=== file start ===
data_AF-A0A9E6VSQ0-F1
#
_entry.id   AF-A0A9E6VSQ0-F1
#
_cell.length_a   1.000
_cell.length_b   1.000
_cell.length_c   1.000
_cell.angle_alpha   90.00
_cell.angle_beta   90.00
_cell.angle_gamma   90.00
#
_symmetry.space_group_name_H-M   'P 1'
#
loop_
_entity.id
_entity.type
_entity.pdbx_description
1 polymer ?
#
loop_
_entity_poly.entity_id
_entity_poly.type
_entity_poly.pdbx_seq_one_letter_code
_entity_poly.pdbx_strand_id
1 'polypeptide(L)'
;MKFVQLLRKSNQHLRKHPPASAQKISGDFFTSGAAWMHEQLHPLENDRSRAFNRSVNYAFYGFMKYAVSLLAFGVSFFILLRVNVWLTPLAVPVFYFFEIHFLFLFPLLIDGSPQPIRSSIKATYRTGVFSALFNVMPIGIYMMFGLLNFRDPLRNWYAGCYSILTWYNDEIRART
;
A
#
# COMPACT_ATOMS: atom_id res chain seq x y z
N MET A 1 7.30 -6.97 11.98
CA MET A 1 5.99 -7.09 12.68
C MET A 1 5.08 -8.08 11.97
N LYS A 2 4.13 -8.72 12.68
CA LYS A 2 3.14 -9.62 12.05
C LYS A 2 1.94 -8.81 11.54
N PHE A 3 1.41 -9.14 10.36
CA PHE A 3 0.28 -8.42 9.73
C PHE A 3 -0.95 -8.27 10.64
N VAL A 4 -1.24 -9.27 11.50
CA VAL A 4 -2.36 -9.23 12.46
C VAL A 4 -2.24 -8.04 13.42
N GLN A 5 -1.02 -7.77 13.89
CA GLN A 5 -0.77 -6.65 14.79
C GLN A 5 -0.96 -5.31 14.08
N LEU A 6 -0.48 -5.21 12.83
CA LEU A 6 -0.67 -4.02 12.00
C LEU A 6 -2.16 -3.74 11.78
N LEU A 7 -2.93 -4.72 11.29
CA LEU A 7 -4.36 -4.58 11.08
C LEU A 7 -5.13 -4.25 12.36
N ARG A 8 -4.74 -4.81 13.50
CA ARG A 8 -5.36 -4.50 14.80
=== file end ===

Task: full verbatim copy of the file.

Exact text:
data_AF-A0A9E6VSQ0-F1
#
_entry.id   AF-A0A9E6VSQ0-F1
#
_cell.length_a   1.000
_cell.length_b   1.000
_cell.length_c   1.000
_cell.angle_alpha   90.00
_cell.angle_beta   90.00
_cell.angle_gamma   90.00
#
_symmetry.space_group_name_H-M   'P 1'
#
loop_
_entity.id
_entity.type
_entity.pdbx_description
1 polymer ?
#
loop_
_entity_poly.entity_id
_entity_poly.type
_entity_poly.pdbx_seq_one_letter_code
_entity_poly.pdbx_strand_id
1 'polypeptide(L)'
;MKFVQLLRKSNQHLRKHPPASAQKISGDFFTSGAAWMHEQLHPLENDRSRAFNRSVNYAFYGFMKYAVSLLAFGVSFFILLRVNVWLTPLAVPVFYFFEIHFLFLFPLLIDGSPQPIRSSIKATYRTGVFSALFNVMPIGIYMMFGLLNFRDPLRNWYAGCYSILTWYNDEIRART
;
A
#
# COMPACT_ATOMS: atom_id res chain seq x y z
N MET A 1 7.30 -6.97 11.98
CA MET A 1 5.99 -7.09 12.68
C MET A 1 5.08 -8.08 11.97
N LYS A 2 4.13 -8.72 12.68
CA LYS A 2 3.14 -9.62 12.05
C LYS A 2 1.94 -8.81 11.54
N PHE A 3 1.41 -9.14 10.36
CA PHE A 3 0.28 -8.42 9.73
C PHE A 3 -0.95 -8.27 10.64
N VAL A 4 -1.24 -9.27 11.50
CA VAL A 4 -2.36 -9.23 12.46
C VAL A 4 -2.24 -8.04 13.42
N GLN A 5 -1.02 -7.77 13.89
CA GLN A 5 -0.77 -6.65 14.79
C GLN A 5 -0.96 -5.31 14.08
N LEU A 6 -0.48 -5.21 12.83
CA LEU A 6 -0.67 -4.02 12.00
C LEU A 6 -2.16 -3.74 11.78
N LEU A 7 -2.93 -4.72 11.29
CA LEU A 7 -4.36 -4.58 11.08
C LEU A 7 -5.13 -4.25 12.36
N ARG A 8 -4.74 -4.81 13.50
CA ARG A 8 -5.36 -4.50 14.80